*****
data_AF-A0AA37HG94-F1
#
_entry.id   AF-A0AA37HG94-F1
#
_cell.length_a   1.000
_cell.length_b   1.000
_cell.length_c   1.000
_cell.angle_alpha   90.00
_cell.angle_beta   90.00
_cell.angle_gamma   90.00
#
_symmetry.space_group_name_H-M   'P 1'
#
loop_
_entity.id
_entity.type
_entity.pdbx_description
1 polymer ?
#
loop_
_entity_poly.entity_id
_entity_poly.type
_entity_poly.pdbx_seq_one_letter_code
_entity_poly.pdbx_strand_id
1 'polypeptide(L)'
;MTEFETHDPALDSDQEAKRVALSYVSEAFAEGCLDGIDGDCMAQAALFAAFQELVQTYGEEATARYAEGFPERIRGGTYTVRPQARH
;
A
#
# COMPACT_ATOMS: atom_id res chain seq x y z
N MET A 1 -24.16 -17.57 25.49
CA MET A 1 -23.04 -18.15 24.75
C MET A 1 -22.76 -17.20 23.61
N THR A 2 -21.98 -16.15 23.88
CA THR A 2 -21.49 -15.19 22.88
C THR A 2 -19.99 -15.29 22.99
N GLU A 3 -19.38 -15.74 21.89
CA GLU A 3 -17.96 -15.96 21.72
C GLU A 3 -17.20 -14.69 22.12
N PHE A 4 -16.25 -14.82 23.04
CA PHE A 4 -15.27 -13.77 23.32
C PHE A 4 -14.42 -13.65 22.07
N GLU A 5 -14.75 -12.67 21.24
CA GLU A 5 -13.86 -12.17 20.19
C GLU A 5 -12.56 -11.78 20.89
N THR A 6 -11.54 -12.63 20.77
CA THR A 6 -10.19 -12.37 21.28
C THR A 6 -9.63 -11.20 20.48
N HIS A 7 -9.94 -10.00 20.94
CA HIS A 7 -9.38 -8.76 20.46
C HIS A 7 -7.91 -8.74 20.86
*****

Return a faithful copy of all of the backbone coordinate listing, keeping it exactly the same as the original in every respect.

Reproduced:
data_AF-A0AA37HG94-F1
#
_entry.id   AF-A0AA37HG94-F1
#
_cell.length_a   1.000
_cell.length_b   1.000
_cell.length_c   1.000
_cell.angle_alpha   90.00
_cell.angle_beta   90.00
_cell.angle_gamma   90.00
#
_symmetry.space_group_name_H-M   'P 1'
#
loop_
_entity.id
_entity.type
_entity.pdbx_description
1 polymer ?
#
loop_
_entity_poly.entity_id
_entity_poly.type
_entity_poly.pdbx_seq_one_letter_code
_entity_poly.pdbx_strand_id
1 'polypeptide(L)'
;MTEFETHDPALDSDQEAKRVALSYVSEAFAEGCLDGIDGDCMAQAALFAAFQELVQTYGEEATARYAEGFPERIRGGTYTVRPQARH
;
A
#
# COMPACT_ATOMS: atom_id res chain seq x y z
N MET A 1 -24.16 -17.57 25.49
CA MET A 1 -23.04 -18.15 24.75
C MET A 1 -22.76 -17.20 23.61
N THR A 2 -21.98 -16.15 23.88
CA THR A 2 -21.49 -15.19 22.88
C THR A 2 -19.99 -15.29 22.99
N GLU A 3 -19.38 -15.74 21.89
CA GLU A 3 -17.96 -15.96 21.72
C GLU A 3 -17.20 -14.69 22.12
N PHE A 4 -16.25 -14.82 23.04
CA PHE A 4 -15.27 -13.77 23.32
C PHE A 4 -14.42 -13.65 22.07
N GLU A 5 -14.75 -12.67 21.24
CA GLU A 5 -13.86 -12.17 20.19
C GLU A 5 -12.56 -11.78 20.89
N THR A 6 -11.54 -12.63 20.77
CA THR A 6 -10.19 -12.37 21.28
C THR A 6 -9.63 -11.20 20.48
N HIS A 7 -9.94 -10.00 20.94
CA HIS A 7 -9.38 -8.76 20.46
C HIS A 7 -7.91 -8.74 20.86